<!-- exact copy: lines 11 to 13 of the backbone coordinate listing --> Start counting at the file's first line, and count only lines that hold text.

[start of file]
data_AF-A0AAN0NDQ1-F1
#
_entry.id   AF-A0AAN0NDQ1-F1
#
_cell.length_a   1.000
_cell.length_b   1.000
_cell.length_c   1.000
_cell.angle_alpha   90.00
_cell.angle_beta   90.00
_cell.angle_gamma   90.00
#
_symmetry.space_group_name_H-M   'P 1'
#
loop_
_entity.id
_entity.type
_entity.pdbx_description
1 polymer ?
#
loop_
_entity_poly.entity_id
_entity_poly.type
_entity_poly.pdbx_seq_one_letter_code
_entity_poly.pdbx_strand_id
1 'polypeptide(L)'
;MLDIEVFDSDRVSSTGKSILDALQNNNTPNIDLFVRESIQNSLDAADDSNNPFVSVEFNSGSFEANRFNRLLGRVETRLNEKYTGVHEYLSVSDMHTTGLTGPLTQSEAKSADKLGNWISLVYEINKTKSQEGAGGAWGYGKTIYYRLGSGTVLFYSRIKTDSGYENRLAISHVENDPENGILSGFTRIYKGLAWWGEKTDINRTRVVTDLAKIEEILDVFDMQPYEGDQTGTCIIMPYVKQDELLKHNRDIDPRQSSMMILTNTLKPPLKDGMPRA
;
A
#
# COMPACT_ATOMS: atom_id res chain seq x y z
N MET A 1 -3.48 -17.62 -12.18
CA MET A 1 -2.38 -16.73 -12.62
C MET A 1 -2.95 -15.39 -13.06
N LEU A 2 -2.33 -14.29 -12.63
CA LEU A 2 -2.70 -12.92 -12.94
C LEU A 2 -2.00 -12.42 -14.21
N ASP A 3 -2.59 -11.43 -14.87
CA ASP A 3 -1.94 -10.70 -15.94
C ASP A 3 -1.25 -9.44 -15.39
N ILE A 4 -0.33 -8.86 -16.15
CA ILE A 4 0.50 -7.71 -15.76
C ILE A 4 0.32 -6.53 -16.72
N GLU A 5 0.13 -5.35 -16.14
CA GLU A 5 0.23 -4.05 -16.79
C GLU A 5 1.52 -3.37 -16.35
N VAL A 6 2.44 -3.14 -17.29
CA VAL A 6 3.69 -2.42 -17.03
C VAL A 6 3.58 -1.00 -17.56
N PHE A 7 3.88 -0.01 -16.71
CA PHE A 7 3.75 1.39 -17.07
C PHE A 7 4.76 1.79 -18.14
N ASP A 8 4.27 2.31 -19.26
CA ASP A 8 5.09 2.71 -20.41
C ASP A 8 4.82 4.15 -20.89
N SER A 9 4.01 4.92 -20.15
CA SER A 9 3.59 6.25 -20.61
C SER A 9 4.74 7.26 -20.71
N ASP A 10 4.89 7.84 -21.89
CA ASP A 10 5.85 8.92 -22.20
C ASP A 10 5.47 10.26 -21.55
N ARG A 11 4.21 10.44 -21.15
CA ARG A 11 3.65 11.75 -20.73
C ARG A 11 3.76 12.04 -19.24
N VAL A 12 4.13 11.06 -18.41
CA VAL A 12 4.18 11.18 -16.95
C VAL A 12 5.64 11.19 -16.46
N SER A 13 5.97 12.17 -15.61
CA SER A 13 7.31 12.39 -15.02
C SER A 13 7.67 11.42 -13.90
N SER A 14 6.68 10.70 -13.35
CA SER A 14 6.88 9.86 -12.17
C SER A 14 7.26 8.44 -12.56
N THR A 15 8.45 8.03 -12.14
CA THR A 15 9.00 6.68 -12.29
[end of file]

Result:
#
_symmetry.space_group_name_H-M   'P 1'
#